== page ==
Magazine article Perspectives on Language and Literacy

Promoting Success: Early Indicators of Learning Disabilities in Preschool Children

Magazine article Perspectives on Language and Literacy

Promoting Success: Early Indicators of Learning Disabilities in Preschool Children

Article excerpt

Approximately 5% of all children of school age in public schools in the United States are identified as having a learning disability and are receiving some form of educational support services (LD at a glance, n.d.)- With so many schoolaged children identified as having learning disabilities, it is important to consider how learning disabilities develop and have an impact on young children. If we understand how learning difficulties manifest in young children, parents, teachers, and other professionals can recognize early signs of difficulty and offer additional support as needed. This article summarizes the research on skills and behaviors that seem to be early indicators or precursors of learning disabilities in pre-kindergarten children (ages 3-5). Understanding these skills and behaviors will help us identify children who may be experiencing difficulty so we can provide additional support, placing the child on an early pathway for success.

Children may exhibit observable behavior patterns in early childhood that foreshadow learning disabilities (Lowenthal, 1998; Steele, 2004). Early intervention and educational support of these children before they enter school may smooth the transition allowing them to be more successful in kindergarten and beyond. Although children may not be formally identified as having a learning disability until they reach school age, quick and cost-effective screening measures could be used in preschool to recognize children who may be at risk for a learning disability (Satz & Fletcher, 1988). In a model such as response to intervention (RTI), screening occurs multiple times each year to determine whether children are making adequate progress on key skills, early literacy skills in particular (Coleman, Buysse, & Neitzel, 2006). When parents, teachers, and other professionals are able to identify behaviors in pre-kindergarten-age children that indicate they might be struggling with learning, early intervention can be provided to respond to those needs. The skills and behaviors that contribute to academic success or to learning disabilities in young children have been identified through conceptual literature as well as research.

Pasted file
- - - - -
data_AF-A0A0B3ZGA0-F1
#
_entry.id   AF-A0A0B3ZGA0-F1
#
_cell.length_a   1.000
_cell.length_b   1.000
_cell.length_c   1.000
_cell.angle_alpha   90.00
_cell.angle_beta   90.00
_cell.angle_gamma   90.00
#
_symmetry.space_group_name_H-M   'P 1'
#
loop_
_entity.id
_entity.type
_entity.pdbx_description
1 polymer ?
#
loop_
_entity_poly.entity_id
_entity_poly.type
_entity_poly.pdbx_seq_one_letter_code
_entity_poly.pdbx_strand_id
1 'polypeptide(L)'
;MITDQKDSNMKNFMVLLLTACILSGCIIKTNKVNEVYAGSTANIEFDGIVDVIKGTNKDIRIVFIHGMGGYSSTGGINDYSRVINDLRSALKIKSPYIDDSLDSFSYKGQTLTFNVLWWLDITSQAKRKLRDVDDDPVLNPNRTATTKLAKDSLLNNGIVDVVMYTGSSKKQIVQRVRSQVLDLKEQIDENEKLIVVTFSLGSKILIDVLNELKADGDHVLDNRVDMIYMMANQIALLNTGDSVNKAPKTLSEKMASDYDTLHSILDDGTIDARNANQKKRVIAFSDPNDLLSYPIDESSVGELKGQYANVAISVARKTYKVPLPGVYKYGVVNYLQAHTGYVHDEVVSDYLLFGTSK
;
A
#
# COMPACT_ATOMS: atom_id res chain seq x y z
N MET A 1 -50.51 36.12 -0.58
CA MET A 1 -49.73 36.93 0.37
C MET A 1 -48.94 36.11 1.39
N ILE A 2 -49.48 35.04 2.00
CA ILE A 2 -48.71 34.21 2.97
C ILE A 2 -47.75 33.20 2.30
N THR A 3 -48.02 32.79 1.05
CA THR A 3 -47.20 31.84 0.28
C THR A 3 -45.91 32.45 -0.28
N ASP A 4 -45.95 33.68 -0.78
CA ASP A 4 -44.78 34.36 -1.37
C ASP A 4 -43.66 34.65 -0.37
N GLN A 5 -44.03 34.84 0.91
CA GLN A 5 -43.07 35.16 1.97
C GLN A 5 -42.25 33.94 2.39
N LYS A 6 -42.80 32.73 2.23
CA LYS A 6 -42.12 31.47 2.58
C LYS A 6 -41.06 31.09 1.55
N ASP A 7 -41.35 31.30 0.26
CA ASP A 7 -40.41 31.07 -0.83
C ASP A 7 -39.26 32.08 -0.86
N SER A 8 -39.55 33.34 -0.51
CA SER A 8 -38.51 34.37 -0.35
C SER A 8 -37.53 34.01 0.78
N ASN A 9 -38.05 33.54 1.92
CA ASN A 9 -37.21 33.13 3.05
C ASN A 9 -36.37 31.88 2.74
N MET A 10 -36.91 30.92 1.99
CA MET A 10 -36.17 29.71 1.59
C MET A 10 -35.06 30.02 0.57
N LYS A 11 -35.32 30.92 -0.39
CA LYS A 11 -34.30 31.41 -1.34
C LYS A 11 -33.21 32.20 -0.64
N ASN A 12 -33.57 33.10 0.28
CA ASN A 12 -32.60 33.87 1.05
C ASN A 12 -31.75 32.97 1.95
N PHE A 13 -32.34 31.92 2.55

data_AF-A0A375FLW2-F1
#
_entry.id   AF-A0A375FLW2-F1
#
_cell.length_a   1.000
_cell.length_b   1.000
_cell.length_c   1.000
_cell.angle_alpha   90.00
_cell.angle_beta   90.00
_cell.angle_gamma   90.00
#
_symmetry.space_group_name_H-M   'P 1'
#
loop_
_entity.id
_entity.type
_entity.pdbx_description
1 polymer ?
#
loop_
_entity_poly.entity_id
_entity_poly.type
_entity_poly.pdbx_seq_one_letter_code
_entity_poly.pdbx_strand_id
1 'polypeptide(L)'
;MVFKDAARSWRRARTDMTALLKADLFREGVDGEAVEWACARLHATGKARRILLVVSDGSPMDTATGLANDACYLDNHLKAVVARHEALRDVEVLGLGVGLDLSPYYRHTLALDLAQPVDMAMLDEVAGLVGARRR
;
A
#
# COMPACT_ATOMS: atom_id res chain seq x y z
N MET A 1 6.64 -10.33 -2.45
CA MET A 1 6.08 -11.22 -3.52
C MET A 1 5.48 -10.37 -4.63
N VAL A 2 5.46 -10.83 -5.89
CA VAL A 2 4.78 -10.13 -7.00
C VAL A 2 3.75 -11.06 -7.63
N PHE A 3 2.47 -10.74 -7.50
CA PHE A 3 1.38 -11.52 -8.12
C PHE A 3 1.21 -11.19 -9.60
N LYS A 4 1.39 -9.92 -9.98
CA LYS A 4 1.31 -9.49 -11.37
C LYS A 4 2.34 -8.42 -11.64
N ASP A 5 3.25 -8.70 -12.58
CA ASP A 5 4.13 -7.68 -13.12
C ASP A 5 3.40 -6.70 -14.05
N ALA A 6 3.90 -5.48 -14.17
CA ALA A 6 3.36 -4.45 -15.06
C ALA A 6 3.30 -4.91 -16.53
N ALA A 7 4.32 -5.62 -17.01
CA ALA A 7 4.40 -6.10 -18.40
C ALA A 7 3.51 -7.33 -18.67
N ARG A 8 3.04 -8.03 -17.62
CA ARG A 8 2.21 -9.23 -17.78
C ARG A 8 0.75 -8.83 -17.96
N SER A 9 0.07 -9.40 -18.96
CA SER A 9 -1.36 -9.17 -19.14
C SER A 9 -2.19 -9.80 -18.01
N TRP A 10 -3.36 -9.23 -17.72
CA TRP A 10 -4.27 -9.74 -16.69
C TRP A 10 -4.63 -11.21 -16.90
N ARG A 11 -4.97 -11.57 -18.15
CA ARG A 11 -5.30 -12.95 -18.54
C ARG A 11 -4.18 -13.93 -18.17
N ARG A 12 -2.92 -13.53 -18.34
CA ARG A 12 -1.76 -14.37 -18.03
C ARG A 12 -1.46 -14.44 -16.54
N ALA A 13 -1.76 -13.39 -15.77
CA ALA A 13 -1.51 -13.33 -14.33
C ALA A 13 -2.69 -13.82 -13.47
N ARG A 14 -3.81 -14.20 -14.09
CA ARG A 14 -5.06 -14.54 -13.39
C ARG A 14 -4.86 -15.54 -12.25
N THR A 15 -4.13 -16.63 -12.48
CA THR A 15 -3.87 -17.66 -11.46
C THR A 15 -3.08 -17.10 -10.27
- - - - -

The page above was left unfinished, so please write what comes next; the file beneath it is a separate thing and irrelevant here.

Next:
Conceptual descriptions of precursors of learning disabilities include a wide variety of behaviors relating to deficits in language and literacy skills (Joshi, 2003), memory, socialemotional, self-regulation, and motor skills (Lowenthal, 1998). Catts and Hogan (2003) argue that developmental language impairment in early childhood is the most reliable sign of a potential reading problem, while others suggest that skills such as name-writing could be indicative of early literacy skills (Haney, 2002). Aspects of a child's temperament, such as activity level and attention span, also may have an impact on learning (Teglasi, Cohn, & Meshbesher, 2004).

Although relatively few research studies have specifically investigated early indicators of learning disabilities, many have contributed to the pool of knowledge by investigating predictors of achievement or academic skills and discussing the low end of the spectrum of skills and achievement as it relates to learning difficulty (e.g., Badián, 1982; Ellis & Large, 1987; Cilbertson & Bramlett, 1998). The skills and behaviors identified by researchers as early indicators of learning disabilities can be grouped into six general skill categories: language, literacy, early math, social-emotional, self-management, and perceptual motor. The skills identified give us an idea of which areas to focus on when screening and assessing young children in pre-kindergarten and the early school years.

Language Skills

Early language skills appear to be among the most important contributors for future reading and academic success. Skills such as sound blending (e.g., c/a/t makes cat), rhyming, discrimination of beginning sounds, morphology (i.e., combining words, word stems, and affixes to express meaning), and speech comprehension have contributed to children's reading skills and ability up to several years after initial assessment (Ellis & Large, 1987; Felton, 1992; Gilbertson & Bramlett, 1998; Olofsson & Niedersoe, 1999). …

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